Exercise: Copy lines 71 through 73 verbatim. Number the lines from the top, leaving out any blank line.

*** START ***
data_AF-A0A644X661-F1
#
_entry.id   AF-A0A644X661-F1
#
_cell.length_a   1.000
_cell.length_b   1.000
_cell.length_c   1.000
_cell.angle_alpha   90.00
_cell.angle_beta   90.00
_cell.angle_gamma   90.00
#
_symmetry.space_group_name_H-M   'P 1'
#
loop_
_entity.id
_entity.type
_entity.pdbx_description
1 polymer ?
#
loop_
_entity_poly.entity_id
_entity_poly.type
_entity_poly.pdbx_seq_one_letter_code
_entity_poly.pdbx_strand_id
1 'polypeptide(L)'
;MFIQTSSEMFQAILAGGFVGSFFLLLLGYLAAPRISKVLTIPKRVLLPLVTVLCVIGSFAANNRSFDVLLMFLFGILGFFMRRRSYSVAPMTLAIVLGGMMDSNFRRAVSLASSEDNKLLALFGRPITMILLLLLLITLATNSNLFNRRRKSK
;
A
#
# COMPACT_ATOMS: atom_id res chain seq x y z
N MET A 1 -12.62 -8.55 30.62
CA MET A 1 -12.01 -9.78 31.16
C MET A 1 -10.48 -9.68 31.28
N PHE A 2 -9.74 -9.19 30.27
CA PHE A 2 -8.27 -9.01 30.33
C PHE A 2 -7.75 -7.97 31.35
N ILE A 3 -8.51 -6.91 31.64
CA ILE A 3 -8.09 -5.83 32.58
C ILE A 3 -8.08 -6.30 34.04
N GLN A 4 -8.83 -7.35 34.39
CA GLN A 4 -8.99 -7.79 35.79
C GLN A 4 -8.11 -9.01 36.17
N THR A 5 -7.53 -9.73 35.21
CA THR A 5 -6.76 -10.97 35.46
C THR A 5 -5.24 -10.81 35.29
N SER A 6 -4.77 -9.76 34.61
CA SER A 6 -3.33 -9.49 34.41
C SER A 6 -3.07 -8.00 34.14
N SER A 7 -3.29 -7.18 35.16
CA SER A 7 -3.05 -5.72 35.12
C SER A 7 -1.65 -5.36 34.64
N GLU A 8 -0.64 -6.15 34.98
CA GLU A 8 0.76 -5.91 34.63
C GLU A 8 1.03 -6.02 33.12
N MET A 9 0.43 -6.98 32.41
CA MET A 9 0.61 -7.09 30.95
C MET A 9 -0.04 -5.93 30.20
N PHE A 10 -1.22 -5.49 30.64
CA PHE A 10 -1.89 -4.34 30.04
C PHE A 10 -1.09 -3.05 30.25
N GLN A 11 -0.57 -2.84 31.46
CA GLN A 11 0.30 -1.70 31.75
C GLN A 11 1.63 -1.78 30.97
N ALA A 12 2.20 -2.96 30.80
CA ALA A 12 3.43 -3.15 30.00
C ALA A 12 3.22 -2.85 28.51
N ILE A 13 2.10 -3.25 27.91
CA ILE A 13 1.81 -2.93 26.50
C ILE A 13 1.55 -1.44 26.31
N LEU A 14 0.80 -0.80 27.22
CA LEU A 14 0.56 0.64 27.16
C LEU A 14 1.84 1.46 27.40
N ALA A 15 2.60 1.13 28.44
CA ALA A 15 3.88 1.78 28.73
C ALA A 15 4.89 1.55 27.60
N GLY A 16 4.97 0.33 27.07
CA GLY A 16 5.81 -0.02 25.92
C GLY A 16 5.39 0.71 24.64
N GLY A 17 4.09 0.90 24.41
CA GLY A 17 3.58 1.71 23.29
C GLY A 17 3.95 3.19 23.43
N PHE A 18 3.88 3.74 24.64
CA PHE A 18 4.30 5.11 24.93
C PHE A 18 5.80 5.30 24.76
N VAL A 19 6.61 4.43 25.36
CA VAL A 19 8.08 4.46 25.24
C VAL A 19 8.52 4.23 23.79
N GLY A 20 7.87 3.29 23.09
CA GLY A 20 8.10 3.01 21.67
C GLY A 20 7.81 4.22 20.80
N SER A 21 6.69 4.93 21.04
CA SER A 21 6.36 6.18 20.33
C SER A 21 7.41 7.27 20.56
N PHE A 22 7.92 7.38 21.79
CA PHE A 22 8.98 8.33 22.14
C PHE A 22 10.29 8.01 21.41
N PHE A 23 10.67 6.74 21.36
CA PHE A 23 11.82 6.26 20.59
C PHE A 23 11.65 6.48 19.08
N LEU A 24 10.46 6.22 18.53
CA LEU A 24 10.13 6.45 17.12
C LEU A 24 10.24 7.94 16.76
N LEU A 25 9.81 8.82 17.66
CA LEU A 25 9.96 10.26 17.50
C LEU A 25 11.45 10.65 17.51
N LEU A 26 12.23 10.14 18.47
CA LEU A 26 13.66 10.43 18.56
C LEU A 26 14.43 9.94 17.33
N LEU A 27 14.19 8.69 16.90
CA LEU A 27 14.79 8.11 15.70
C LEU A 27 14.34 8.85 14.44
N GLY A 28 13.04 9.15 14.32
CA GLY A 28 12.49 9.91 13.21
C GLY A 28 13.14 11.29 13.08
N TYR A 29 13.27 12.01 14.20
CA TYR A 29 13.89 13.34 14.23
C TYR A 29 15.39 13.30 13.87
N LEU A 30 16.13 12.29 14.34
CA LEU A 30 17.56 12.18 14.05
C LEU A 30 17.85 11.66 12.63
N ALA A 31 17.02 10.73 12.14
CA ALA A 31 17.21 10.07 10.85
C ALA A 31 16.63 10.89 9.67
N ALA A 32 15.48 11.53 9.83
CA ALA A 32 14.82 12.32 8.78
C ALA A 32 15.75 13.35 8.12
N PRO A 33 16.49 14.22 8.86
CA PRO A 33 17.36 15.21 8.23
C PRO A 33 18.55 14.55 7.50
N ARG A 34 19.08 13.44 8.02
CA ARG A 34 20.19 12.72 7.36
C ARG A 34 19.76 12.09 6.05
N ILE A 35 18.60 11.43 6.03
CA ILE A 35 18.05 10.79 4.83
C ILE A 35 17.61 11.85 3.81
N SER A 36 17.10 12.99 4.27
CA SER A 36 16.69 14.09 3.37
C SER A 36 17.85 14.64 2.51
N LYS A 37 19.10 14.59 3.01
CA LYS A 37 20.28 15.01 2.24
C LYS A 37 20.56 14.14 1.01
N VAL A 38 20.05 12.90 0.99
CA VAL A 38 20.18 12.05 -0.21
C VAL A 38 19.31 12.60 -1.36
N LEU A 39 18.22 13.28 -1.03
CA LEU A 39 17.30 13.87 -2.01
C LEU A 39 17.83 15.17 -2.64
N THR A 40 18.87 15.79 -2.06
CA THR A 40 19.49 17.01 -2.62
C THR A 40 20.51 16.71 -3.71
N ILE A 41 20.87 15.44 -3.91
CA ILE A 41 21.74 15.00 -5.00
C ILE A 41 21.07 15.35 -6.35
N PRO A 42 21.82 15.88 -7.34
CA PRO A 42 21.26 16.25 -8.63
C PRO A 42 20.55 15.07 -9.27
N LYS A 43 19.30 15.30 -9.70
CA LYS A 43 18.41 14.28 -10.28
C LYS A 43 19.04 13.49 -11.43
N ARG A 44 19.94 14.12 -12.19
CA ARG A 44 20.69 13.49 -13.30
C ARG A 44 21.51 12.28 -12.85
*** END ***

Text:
CA LEU A 14 0.56 0.64 27.16
C LEU A 14 1.84 1.46 27.40
N ALA A 15 2.60 1.13 28.44